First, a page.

It is the government's responsibilty to secure the source of income of its subjects from outsiders. It is enshrined in the constitution of J&K. Consider how bizzare it would seem if non-locals were to acquire most of the houseboats in the Dal, and start plying the shikaras. The government would certainly take notice. Then there is no reason for us not to take notice and act accordingly to safeguard the income of our local laborers.

It is not as if Kashmir is the only region in the world to face such an issue. All governments have measures that safeguard the livelihood of their citizens. The only conclusion we can draw from the inaction of our successive governments is that either they are indifferent to the plight of our labourers, or that they are incompetent at devising a strategy of dealing with this crisis. One other logical reason can be that our governemtns are not taking action regarding this becuase they fear being seen as taking action agaisnt indians and being percieved as anti-Indian, thus becoming the object of scorn of the nationalist politicians in Delhi.

Unprovoked killing by the CRPF


Another incident of unprovoked killing by the CRPF yesterday underscores the fact that no matter how sincere the intentions of the politicians in Delhi may be, the decision to harass or not harass, or in yesterdays instance, to kill or not to kill, lies in the hands of the trigger-happy Indian security forces patrolling the streets of Kashmir.

What people on all sides of this conflict fail to realize is that the ripple effect of all these cases of human rights violations is that the whole fabric of society gets torn apart. The current sex scandal, in my opinion, is a direct consequence of oppression by security forces.

There have been in excess of 100,000 deaths since the beginning of the separatist movement; and some tens of thousands are languishing in jails in various parts of India. Many of these victims left behind young families with little or no financial security.

In most poor households in Kashmir, it is the husband or father who is the sole bread-earner in the family, and his unfortunate death or arrest brings devastation to the family. Not only is the next of kin emotionally devastated, but they usually also have little or no economic security, which compounds their grief.

The loss of the husband or father is even more heart-wrenching if he is survived by young daughters or a young wife. No sooner the victim of the security forces is buried or arrested, the women of the household come to realize the enormity of their loss. They have to find work and feed the family. Support from the extended family and friends is usually meager. This is when sharks in the government and police stoop to the lowest a man possibly can; they prey on these innocent victims by promise of class IV jobs, or release from jail of their loved ones, or outright solicitation of prostitution.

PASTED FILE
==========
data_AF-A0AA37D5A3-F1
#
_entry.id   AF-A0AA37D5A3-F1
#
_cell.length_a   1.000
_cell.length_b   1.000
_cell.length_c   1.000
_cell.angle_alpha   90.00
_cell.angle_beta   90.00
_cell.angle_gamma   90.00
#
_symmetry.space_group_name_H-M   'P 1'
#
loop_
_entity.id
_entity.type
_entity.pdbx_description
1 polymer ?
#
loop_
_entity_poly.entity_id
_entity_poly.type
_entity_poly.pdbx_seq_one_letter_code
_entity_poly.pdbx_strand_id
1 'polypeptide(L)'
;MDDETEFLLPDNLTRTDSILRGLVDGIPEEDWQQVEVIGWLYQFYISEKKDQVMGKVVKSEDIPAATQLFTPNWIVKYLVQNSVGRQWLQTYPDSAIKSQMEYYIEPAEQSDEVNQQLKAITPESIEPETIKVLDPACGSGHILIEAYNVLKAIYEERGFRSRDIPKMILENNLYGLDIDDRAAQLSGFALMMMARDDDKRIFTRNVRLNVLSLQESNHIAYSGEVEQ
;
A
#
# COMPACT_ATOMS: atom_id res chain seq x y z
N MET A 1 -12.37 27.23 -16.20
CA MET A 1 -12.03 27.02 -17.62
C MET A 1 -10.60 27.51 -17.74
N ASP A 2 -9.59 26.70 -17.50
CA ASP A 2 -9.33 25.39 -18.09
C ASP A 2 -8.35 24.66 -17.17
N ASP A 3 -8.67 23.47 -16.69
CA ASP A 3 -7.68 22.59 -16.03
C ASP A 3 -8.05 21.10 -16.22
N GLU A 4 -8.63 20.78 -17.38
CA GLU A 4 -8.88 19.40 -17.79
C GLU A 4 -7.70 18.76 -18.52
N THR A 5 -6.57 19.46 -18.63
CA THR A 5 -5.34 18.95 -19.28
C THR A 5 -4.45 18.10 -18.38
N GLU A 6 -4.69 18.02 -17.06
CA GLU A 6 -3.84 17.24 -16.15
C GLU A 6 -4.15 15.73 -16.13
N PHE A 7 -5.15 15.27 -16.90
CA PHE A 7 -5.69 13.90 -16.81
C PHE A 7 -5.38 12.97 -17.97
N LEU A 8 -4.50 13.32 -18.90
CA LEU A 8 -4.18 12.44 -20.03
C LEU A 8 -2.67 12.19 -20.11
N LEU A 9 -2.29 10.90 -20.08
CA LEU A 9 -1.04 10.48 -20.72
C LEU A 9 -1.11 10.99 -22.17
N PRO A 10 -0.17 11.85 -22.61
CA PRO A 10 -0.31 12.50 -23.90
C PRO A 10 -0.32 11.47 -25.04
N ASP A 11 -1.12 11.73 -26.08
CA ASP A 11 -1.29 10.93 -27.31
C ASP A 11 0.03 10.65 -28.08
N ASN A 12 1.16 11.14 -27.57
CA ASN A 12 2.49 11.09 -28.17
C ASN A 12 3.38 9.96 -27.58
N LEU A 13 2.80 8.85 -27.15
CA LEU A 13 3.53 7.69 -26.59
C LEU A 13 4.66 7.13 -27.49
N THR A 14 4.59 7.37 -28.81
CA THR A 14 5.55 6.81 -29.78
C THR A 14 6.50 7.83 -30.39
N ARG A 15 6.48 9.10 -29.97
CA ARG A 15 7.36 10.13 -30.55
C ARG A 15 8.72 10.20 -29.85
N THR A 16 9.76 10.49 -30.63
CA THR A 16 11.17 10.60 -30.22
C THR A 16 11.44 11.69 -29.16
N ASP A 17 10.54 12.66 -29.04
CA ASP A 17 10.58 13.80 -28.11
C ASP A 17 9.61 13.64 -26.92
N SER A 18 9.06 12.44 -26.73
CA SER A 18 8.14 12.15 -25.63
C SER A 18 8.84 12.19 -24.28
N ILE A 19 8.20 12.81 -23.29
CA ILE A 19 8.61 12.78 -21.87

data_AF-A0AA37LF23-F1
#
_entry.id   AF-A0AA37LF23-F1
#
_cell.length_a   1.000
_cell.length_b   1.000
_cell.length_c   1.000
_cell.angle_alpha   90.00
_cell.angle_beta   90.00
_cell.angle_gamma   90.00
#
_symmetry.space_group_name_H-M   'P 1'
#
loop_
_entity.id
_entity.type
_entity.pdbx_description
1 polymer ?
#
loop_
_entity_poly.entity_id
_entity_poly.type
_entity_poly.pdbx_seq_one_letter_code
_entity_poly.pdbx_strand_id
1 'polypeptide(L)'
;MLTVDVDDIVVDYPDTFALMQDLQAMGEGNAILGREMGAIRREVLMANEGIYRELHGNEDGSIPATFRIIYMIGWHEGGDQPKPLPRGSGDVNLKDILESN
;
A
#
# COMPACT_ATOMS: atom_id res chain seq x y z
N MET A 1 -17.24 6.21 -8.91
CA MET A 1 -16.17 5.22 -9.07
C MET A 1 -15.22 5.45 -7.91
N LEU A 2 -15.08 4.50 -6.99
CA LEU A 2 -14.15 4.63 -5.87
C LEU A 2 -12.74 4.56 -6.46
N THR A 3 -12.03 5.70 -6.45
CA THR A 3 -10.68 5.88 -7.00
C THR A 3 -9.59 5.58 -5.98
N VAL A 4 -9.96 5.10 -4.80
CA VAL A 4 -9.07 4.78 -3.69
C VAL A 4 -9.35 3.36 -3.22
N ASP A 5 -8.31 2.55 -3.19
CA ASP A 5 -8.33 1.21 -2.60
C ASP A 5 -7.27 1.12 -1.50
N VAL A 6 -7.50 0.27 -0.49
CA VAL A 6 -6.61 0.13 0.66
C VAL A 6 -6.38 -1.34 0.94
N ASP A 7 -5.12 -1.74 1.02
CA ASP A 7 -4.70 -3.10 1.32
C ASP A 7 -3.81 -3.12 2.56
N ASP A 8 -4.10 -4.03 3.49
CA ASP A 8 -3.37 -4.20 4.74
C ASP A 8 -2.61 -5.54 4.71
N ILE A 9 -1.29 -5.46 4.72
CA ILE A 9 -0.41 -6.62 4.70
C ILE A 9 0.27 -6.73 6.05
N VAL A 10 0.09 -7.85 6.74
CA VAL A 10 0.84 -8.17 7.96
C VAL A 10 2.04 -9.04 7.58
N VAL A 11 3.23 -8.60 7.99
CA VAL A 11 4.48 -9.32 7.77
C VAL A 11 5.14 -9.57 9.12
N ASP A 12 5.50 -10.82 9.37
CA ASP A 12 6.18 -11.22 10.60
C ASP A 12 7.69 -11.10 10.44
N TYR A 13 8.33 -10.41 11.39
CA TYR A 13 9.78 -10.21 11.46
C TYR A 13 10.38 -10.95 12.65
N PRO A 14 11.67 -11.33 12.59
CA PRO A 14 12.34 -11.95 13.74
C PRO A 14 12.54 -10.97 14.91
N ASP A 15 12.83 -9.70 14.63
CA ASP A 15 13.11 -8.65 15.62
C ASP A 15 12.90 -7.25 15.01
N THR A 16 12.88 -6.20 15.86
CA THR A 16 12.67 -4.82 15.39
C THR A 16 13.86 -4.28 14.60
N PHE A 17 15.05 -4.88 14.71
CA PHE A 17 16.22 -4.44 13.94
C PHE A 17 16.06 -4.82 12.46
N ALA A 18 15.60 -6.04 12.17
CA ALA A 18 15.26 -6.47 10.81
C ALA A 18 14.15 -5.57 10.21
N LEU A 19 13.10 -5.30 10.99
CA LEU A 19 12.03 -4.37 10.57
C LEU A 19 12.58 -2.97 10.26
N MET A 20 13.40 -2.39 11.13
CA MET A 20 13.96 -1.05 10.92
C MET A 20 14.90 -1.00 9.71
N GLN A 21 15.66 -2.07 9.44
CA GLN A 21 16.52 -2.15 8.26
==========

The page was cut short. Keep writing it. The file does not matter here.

The above observation, even though most of us would want to be incorrect, cannot be much deviated from the truth considering the recent arrests of high ranking police officers, administration officials, and politicians.

No one ever predicted that the insurgency would precipitate prostitution as one of its off-shoots. The usual knee-jerk reaction is to blame all those involved for not doing enough to prevent this scourge from rearing its head.

There can be many opinions about who the victims of prostition are, but very few will disagree that it is a consequence of oppression by security forces and indifference by successive state governments toward the next of kin of those victims. Many will also disagree that the girls involved in prostitution are the next of kin of the victims of the Indian security forces, and will argue that they are just opportunistic profiteers, who just want to make a quick hundred rupees rather than working. The insurgency brought with it a record high unemployment to the people of Kashmir, and left very few avenues for earning a decent living.